Just as NYC Pride festivities got underway, Gov. Andrew M. Cuomo had some timely news on Sunday: The artist Anthony Goicolea had been chosen to design the first official monument to lesbian, gay, bisexual and transgender people commissioned by the State of New York.
On June 26, 2016, after the attack at the Pulse nightclub in Orlando, Fla., that left 49 people dead, Governor Cuomo formed the LGBT Memorial Commission to honor the fight for equal rights and remember victims of hate, intolerance and violence. A request for designs for the new memorial went out in October. It is to be built in Hudson River Park near the waterfront piers that have played a key role in the city’s history as both a meeting place and a haven for lesbian, gay, bisexual and transgender people.
In Mr. Goicolea’s design, the monument takes the form of nine boulders, some bisected with glass that acts as a prism and can emit a subtle rainbow.
“From Stonewall to marriage equality, New York has always been a beacon for justice,” Governor Cuomo said in a statement. “I am now proud to announce Anthony Goicolea’s stunning design for this monument — selected for the way it complements the landscape and communicates a timeless message of inclusion.”
Mr. Goicolea, a mixed-media artist in his mid-40s who lives with his husband in Brooklyn, said in an interview that the boulders were inspired by sites like Stonehenge and Easter Island as well as burial mounds and African stone circles. The artist, who was born in Marietta, Ga., to parents who had fled Cuba, said he was “constantly being influenced” by history on some level.
“It feels like there are certain shapes and patterns that are encoded in our DNA as humans that transcend any particular culture and speak to how we are unified in the larger scheme,” he said. “I wanted to create a space that feels familiar, even though it is new.”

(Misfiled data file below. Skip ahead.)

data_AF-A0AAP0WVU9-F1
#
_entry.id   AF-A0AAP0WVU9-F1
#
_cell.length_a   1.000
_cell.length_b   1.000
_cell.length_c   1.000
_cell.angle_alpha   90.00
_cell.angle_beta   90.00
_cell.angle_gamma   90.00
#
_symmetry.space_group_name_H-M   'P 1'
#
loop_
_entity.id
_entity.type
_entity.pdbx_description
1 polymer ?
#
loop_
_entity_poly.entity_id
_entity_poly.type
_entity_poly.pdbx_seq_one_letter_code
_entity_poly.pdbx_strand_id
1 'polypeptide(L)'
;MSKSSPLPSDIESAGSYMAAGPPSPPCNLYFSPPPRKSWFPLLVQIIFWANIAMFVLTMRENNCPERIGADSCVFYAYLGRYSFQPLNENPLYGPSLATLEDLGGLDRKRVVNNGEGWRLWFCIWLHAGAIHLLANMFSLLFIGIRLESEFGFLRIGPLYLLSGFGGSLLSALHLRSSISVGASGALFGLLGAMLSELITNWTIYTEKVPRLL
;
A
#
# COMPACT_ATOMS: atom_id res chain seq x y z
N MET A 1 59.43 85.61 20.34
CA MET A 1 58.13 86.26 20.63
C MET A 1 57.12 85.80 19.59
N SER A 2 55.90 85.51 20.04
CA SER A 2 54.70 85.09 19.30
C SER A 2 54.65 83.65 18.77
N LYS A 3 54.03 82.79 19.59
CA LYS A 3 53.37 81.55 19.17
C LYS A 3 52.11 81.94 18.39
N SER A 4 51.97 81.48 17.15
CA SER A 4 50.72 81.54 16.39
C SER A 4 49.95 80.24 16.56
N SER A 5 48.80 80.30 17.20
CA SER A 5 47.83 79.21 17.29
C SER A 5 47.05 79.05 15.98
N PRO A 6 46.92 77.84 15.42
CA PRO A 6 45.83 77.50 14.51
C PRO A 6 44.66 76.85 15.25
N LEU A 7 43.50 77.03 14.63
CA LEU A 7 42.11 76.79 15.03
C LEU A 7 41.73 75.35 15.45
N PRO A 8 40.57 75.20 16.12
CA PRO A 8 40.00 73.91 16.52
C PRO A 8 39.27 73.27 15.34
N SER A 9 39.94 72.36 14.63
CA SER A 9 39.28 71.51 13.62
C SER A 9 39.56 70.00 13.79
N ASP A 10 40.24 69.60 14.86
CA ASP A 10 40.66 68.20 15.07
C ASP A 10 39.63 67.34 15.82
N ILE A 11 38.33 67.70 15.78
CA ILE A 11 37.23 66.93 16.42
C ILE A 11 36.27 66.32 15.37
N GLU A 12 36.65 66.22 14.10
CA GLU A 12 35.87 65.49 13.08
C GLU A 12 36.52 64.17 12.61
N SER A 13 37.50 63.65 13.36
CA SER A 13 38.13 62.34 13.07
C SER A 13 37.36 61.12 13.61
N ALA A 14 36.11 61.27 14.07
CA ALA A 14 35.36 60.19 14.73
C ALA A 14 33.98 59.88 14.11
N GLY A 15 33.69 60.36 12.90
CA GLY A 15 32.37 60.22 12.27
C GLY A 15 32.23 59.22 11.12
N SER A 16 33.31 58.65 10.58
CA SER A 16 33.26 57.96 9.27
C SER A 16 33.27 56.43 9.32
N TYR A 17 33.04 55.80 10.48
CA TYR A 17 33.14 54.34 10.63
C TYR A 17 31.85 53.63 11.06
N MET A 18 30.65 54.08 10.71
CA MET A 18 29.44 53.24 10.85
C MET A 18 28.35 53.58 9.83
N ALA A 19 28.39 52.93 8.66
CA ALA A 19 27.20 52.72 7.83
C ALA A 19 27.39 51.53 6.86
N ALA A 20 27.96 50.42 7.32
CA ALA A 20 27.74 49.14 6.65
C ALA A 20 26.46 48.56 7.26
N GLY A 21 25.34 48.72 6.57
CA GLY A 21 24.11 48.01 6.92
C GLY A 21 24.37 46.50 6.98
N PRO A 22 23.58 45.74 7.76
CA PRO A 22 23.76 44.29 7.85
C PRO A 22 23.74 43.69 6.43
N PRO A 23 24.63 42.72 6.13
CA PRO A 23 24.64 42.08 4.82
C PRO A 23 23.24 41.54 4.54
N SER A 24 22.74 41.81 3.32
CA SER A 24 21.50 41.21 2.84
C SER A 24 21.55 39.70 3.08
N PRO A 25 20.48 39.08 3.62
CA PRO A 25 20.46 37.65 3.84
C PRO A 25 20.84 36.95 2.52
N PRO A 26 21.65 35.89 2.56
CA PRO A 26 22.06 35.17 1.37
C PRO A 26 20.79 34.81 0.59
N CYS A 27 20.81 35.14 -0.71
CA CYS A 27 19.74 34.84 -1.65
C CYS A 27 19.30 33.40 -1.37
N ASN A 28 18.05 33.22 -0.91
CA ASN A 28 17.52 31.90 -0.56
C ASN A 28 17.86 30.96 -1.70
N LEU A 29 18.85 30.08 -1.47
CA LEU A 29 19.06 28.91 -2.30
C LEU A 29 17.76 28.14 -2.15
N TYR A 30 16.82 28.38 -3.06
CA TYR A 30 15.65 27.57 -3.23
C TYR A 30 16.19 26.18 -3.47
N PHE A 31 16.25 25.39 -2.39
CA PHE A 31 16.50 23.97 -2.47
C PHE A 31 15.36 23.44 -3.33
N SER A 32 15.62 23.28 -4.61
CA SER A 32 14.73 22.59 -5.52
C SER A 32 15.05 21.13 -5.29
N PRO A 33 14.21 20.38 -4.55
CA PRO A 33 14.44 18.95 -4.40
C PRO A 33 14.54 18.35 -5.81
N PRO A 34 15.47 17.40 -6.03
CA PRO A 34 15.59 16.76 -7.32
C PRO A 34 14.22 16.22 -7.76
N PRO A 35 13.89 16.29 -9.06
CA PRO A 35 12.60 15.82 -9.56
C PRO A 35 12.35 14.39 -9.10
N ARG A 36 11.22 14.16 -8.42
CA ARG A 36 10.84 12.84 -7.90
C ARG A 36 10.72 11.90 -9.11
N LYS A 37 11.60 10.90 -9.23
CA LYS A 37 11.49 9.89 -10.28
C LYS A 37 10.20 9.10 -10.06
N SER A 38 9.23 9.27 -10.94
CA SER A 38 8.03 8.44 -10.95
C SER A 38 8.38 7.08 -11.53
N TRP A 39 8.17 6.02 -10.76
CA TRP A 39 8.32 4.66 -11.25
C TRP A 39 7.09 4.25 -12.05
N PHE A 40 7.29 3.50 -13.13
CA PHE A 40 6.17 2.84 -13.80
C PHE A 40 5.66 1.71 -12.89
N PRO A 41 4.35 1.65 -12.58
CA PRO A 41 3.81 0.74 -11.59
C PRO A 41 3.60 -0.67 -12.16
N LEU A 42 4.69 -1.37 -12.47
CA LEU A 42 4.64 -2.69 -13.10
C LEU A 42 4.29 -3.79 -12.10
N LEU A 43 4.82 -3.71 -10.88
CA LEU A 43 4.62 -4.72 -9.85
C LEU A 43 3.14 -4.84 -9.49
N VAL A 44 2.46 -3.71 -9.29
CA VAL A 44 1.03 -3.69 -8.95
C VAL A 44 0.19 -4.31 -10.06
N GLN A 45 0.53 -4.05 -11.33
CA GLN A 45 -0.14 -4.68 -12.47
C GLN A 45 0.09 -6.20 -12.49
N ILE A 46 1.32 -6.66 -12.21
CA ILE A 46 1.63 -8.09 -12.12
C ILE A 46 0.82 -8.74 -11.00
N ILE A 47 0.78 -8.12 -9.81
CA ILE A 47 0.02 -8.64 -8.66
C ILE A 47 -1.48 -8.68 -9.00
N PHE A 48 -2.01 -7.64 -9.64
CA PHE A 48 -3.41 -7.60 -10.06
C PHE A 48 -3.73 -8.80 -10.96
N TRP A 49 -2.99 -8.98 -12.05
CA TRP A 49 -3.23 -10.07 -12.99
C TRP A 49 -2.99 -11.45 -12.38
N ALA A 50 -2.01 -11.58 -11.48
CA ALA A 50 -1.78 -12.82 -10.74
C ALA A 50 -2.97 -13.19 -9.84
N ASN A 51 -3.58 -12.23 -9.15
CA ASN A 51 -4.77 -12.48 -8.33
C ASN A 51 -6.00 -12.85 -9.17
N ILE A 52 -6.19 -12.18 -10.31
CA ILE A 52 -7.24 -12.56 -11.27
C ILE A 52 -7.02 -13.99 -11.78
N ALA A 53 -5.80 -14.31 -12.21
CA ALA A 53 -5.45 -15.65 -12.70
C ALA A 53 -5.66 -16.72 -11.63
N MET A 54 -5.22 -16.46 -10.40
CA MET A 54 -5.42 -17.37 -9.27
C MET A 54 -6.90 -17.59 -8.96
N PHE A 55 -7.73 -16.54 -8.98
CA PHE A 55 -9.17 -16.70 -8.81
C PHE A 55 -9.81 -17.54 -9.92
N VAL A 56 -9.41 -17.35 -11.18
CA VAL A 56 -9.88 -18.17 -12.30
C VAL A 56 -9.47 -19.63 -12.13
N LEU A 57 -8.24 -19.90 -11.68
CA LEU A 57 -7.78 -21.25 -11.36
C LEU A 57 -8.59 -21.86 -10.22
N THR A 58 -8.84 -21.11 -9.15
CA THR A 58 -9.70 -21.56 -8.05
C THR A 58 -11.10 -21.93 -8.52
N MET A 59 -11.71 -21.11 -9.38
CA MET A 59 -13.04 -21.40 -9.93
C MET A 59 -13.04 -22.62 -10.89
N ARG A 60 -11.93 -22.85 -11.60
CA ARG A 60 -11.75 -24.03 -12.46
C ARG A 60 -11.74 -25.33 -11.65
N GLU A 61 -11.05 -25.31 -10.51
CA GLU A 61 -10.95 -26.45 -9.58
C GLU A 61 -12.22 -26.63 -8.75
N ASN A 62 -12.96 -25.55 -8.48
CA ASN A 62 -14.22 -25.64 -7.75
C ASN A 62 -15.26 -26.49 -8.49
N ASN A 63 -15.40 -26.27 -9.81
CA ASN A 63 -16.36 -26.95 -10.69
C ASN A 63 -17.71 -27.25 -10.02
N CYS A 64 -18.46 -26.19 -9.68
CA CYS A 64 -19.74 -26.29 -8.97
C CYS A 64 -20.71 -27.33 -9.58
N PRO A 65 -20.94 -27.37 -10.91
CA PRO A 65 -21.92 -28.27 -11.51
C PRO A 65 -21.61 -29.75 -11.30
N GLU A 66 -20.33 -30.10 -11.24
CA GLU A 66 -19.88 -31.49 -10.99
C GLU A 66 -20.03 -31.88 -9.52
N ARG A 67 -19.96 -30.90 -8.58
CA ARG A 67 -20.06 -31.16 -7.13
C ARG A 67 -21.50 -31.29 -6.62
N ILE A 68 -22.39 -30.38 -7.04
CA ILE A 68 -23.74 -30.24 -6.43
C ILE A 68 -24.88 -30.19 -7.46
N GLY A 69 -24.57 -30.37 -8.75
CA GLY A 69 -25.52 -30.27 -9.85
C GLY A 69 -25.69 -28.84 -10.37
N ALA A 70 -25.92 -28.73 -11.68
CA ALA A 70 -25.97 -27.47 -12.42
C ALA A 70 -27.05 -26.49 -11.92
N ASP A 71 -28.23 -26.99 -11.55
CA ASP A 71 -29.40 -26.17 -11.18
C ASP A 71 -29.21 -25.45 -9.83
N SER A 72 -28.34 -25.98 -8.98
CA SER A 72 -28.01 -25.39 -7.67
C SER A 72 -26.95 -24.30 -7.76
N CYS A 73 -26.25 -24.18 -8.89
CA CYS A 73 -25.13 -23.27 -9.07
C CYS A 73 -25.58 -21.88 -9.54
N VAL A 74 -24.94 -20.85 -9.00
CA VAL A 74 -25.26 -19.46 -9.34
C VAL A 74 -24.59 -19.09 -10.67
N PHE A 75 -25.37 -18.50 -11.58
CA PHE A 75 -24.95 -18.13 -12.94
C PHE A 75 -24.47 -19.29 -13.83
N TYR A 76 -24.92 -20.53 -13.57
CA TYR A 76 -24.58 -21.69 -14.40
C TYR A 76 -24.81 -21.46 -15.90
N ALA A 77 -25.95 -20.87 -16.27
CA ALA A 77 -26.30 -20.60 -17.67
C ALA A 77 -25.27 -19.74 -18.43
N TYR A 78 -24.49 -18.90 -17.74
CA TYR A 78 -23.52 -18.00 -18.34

Mr. Goicolea described his submission as “a cathartic experience.” He explained that his sexual identity and coming of age are recurring themes in his artworks.
Growing up in Georgia, he said he had “never seen my community reflected back at me.” When he first visited the West Village (home of Stonewall and the Lesbian, Gay, Bisexual & Transgender Community Center) and the piers, he added, “It was really eye-opening.”
“I had never seen people — gay people — engaging in this way,” he said. “There was no apology for it.”
Today, Mr. Goicolea often runs in Hudson River Park, and he said he knows how precious green space is to New Yorkers.
“They don’t want to give it up,” he said with a laugh.
For his monument design, he said, “I wanted something usable and functional, and that was not going to take away part of the space.” Renderings for the boulders show people (including a gay couple) sitting and relaxing on them.
“I wanted to communicate with the river and the piers,” Mr. Goicolea said. “I really want it to be part of the area.”
Correction: June 26, 2017
An earlier version of this article quoted incorrectly from comments by the monument’s designer, Anthony Goicolea. He said, “I wanted something usable and functional, and that was not going to take away part of the space.” He did not say he wanted it to take away part of the space.
by Joshua Barone
Source – The New York Times